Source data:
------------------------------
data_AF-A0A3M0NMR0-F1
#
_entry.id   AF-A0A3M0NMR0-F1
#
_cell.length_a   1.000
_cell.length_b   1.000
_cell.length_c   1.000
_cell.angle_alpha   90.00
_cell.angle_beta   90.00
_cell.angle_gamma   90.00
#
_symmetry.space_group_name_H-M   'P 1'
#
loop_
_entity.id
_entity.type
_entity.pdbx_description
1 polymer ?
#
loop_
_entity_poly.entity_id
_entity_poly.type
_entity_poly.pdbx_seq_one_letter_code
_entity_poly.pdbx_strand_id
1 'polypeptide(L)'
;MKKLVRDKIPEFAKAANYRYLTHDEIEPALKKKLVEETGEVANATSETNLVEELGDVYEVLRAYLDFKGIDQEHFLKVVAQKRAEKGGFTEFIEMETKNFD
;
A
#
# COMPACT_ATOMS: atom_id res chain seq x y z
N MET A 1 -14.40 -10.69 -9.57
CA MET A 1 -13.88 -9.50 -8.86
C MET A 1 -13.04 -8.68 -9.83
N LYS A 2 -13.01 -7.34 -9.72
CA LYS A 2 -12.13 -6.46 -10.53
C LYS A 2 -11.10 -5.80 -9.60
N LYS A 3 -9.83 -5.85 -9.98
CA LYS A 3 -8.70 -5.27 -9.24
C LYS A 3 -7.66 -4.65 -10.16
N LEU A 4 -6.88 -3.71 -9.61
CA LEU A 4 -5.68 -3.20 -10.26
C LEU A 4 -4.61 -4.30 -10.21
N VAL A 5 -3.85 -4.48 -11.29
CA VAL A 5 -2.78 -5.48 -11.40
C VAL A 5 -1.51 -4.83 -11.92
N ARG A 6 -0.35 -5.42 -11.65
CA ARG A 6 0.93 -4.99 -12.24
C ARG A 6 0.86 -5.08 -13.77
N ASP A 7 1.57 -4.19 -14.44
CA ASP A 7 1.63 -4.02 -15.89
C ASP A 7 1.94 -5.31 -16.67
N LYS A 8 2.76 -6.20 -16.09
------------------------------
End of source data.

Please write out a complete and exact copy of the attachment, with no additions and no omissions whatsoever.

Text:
data_AF-A0A3M0NMR0-F1
#
_entry.id   AF-A0A3M0NMR0-F1
#
_cell.length_a   1.000
_cell.length_b   1.000
_cell.length_c   1.000
_cell.angle_alpha   90.00
_cell.angle_beta   90.00
_cell.angle_gamma   90.00
#
_symmetry.space_group_name_H-M   'P 1'
#
loop_
_entity.id
_entity.type
_entity.pdbx_description
1 polymer ?
#
loop_
_entity_poly.entity_id
_entity_poly.type
_entity_poly.pdbx_seq_one_letter_code
_entity_poly.pdbx_strand_id
1 'polypeptide(L)'
;MKKLVRDKIPEFAKAANYRYLTHDEIEPALKKKLVEETGEVANATSETNLVEELGDVYEVLRAYLDFKGIDQEHFLKVVAQKRAEKGGFTEFIEMETKNFD
;
A
#
# COMPACT_ATOMS: atom_id res chain seq x y z
N MET A 1 -14.40 -10.69 -9.57
CA MET A 1 -13.88 -9.50 -8.86
C MET A 1 -13.04 -8.68 -9.83
N LYS A 2 -13.01 -7.34 -9.72
CA LYS A 2 -12.13 -6.46 -10.53
C LYS A 2 -11.10 -5.80 -9.60
N LYS A 3 -9.83 -5.85 -9.98
CA LYS A 3 -8.70 -5.27 -9.24
C LYS A 3 -7.66 -4.65 -10.16
N LEU A 4 -6.88 -3.71 -9.61
CA LEU A 4 -5.68 -3.20 -10.26
C LEU A 4 -4.61 -4.30 -10.21
N VAL A 5 -3.85 -4.48 -11.29
CA VAL A 5 -2.78 -5.48 -11.40
C VAL A 5 -1.51 -4.83 -11.92
N ARG A 6 -0.35 -5.42 -11.65
CA ARG A 6 0.93 -4.99 -12.24
C ARG A 6 0.86 -5.08 -13.77
N ASP A 7 1.57 -4.19 -14.44
CA ASP A 7 1.63 -4.02 -15.89
C ASP A 7 1.94 -5.31 -16.67
N LYS A 8 2.76 -6.20 -16.09